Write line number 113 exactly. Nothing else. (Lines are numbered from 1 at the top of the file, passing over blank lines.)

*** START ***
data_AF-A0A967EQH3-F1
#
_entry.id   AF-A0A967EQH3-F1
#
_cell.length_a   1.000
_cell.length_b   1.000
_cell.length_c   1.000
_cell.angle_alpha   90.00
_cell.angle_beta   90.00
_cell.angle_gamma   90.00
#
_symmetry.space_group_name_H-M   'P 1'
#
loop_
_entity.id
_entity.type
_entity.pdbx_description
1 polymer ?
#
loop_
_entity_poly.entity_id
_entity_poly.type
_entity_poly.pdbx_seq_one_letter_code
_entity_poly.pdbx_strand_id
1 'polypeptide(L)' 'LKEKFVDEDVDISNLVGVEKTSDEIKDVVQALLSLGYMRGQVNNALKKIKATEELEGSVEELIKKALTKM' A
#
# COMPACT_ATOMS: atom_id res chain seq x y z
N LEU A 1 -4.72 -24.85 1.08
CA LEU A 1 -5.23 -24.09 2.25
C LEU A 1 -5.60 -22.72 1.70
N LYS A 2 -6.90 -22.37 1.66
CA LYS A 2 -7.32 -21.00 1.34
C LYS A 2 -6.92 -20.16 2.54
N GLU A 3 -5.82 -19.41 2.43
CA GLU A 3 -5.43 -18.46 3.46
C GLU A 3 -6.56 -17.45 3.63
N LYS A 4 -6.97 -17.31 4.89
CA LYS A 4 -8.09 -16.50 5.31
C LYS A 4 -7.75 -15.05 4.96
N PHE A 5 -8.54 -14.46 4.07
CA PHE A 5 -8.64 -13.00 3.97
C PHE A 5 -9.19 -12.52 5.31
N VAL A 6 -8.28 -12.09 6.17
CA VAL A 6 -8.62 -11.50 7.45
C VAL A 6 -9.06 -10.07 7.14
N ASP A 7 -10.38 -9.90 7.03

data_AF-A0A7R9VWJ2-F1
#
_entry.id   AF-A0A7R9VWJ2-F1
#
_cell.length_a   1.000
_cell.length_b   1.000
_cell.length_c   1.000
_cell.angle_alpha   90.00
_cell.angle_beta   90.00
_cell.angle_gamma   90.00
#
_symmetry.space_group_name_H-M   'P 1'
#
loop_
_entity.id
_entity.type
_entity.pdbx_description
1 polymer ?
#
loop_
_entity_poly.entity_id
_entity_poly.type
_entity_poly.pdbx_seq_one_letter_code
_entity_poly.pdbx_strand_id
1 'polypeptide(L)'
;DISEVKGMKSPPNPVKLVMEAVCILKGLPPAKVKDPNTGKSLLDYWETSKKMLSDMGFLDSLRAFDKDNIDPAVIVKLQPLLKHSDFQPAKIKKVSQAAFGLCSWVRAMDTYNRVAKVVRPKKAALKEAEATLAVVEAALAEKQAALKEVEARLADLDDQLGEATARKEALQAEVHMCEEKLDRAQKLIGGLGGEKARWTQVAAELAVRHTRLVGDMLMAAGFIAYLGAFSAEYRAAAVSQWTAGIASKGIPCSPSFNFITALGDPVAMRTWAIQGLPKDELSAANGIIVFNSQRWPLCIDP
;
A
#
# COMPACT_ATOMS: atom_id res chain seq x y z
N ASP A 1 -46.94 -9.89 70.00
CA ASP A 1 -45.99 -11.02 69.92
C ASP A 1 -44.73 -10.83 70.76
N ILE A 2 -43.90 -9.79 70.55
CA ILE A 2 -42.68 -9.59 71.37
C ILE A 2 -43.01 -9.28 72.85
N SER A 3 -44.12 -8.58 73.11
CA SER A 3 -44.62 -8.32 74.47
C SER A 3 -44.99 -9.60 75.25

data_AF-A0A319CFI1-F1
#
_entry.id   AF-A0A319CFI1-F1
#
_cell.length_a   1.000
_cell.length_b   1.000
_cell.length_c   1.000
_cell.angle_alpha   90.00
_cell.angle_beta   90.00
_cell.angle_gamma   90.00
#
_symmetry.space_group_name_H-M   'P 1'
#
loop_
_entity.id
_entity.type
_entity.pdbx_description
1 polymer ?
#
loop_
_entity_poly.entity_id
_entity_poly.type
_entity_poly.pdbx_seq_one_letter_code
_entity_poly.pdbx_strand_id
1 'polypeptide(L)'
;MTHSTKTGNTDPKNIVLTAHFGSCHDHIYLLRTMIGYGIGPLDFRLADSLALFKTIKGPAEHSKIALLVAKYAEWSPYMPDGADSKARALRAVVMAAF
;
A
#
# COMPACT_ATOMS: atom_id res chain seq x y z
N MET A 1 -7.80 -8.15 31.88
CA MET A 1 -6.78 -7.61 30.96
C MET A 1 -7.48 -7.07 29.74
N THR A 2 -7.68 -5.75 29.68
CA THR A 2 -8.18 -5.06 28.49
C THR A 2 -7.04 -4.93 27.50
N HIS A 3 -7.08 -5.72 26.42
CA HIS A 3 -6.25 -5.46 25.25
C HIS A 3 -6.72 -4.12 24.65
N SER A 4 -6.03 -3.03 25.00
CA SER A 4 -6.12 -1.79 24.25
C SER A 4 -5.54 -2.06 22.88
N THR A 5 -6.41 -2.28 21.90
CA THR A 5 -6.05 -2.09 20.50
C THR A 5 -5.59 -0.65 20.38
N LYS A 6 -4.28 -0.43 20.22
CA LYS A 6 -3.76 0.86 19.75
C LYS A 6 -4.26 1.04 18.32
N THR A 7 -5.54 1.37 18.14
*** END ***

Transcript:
A